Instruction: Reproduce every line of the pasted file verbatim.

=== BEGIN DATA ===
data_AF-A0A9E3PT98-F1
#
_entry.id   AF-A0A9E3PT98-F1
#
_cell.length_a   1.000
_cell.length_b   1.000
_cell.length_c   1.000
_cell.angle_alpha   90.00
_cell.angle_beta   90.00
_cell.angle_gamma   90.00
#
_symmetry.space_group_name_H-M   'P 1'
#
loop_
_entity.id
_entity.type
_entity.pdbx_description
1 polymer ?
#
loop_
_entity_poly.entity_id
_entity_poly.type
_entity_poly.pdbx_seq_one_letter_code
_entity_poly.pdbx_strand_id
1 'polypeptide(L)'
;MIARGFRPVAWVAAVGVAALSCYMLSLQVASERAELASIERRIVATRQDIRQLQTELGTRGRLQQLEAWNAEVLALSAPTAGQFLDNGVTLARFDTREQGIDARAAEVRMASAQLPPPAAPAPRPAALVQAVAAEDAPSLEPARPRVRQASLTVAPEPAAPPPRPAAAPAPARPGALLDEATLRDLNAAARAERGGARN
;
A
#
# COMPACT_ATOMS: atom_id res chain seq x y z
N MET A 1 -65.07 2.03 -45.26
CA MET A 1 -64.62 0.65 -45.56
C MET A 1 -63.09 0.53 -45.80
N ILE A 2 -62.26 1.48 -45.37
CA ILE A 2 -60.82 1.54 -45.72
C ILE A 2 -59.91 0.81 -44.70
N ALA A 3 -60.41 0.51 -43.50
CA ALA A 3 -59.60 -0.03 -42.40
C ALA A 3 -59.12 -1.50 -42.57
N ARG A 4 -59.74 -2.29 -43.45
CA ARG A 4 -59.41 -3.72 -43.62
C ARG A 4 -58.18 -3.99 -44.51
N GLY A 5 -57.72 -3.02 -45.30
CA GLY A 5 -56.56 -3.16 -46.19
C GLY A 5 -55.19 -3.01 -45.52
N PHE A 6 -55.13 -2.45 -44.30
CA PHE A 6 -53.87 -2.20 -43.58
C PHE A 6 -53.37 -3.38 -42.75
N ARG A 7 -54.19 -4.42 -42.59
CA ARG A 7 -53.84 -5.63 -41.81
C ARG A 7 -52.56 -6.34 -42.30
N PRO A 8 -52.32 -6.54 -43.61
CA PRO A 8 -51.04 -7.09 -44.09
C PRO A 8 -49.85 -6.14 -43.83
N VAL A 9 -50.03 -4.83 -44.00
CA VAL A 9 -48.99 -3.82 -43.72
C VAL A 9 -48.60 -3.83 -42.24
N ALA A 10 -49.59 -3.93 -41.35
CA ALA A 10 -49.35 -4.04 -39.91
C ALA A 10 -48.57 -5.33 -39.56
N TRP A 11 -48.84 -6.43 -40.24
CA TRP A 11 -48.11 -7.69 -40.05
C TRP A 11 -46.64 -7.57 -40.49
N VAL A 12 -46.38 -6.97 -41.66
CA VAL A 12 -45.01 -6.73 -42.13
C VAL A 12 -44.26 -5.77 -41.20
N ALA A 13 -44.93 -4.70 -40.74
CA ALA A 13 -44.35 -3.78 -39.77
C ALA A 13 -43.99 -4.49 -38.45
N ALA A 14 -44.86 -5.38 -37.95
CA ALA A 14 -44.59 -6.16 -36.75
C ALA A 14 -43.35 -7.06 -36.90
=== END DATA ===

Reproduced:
data_AF-A0A9E3PT98-F1
#
_entry.id   AF-A0A9E3PT98-F1
#
_cell.length_a   1.000
_cell.length_b   1.000
_cell.length_c   1.000
_cell.angle_alpha   90.00
_cell.angle_beta   90.00
_cell.angle_gamma   90.00
#
_symmetry.space_group_name_H-M   'P 1'
#
loop_
_entity.id
_entity.type
_entity.pdbx_description
1 polymer ?
#
loop_
_entity_poly.entity_id
_entity_poly.type
_entity_poly.pdbx_seq_one_letter_code
_entity_poly.pdbx_strand_id
1 'polypeptide(L)'
;MIARGFRPVAWVAAVGVAALSCYMLSLQVASERAELASIERRIVATRQDIRQLQTELGTRGRLQQLEAWNAEVLALSAPTAGQFLDNGVTLARFDTREQGIDARAAEVRMASAQLPPPAAPAPRPAALVQAVAAEDAPSLEPARPRVRQASLTVAPEPAAPPPRPAAAPAPARPGALLDEATLRDLNAAARAERGGARN
;
A
#
# COMPACT_ATOMS: atom_id res chain seq x y z
N MET A 1 -65.07 2.03 -45.26
CA MET A 1 -64.62 0.65 -45.56
C MET A 1 -63.09 0.53 -45.80
N ILE A 2 -62.26 1.48 -45.37
CA ILE A 2 -60.82 1.54 -45.72
C ILE A 2 -59.91 0.81 -44.70
N ALA A 3 -60.41 0.51 -43.50
CA ALA A 3 -59.60 -0.03 -42.40
C ALA A 3 -59.12 -1.50 -42.57
N ARG A 4 -59.74 -2.29 -43.45
CA ARG A 4 -59.41 -3.72 -43.62
C ARG A 4 -58.18 -3.99 -44.51
N GLY A 5 -57.72 -3.02 -45.30
CA GLY A 5 -56.56 -3.16 -46.19
C GLY A 5 -55.19 -3.01 -45.52
N PHE A 6 -55.13 -2.45 -44.30
CA PHE A 6 -53.87 -2.20 -43.58
C PHE A 6 -53.37 -3.38 -42.75
N ARG A 7 -54.19 -4.42 -42.59
CA ARG A 7 -53.84 -5.63 -41.81
C ARG A 7 -52.56 -6.34 -42.30
N PRO A 8 -52.32 -6.54 -43.61
CA PRO A 8 -51.04 -7.09 -44.09
C PRO A 8 -49.85 -6.14 -43.83
N VAL A 9 -50.03 -4.83 -44.00
CA VAL A 9 -48.99 -3.82 -43.72
C VAL A 9 -48.60 -3.83 -42.24
N ALA A 10 -49.59 -3.93 -41.35
CA ALA A 10 -49.35 -4.04 -39.91
C ALA A 10 -48.57 -5.33 -39.56
N TRP A 11 -48.84 -6.43 -40.24
CA TRP A 11 -48.11 -7.69 -40.05
C TRP A 11 -46.64 -7.57 -40.49
N VAL A 12 -46.38 -6.97 -41.66
CA VAL A 12 -45.01 -6.73 -42.13
C VAL A 12 -44.26 -5.77 -41.20
N ALA A 13 -44.93 -4.70 -40.74
CA ALA A 13 -44.35 -3.78 -39.77
C ALA A 13 -43.99 -4.49 -38.45
N ALA A 14 -44.86 -5.38 -37.95
CA ALA A 14 -44.59 -6.16 -36.75
C ALA A 14 -43.35 -7.06 -36.90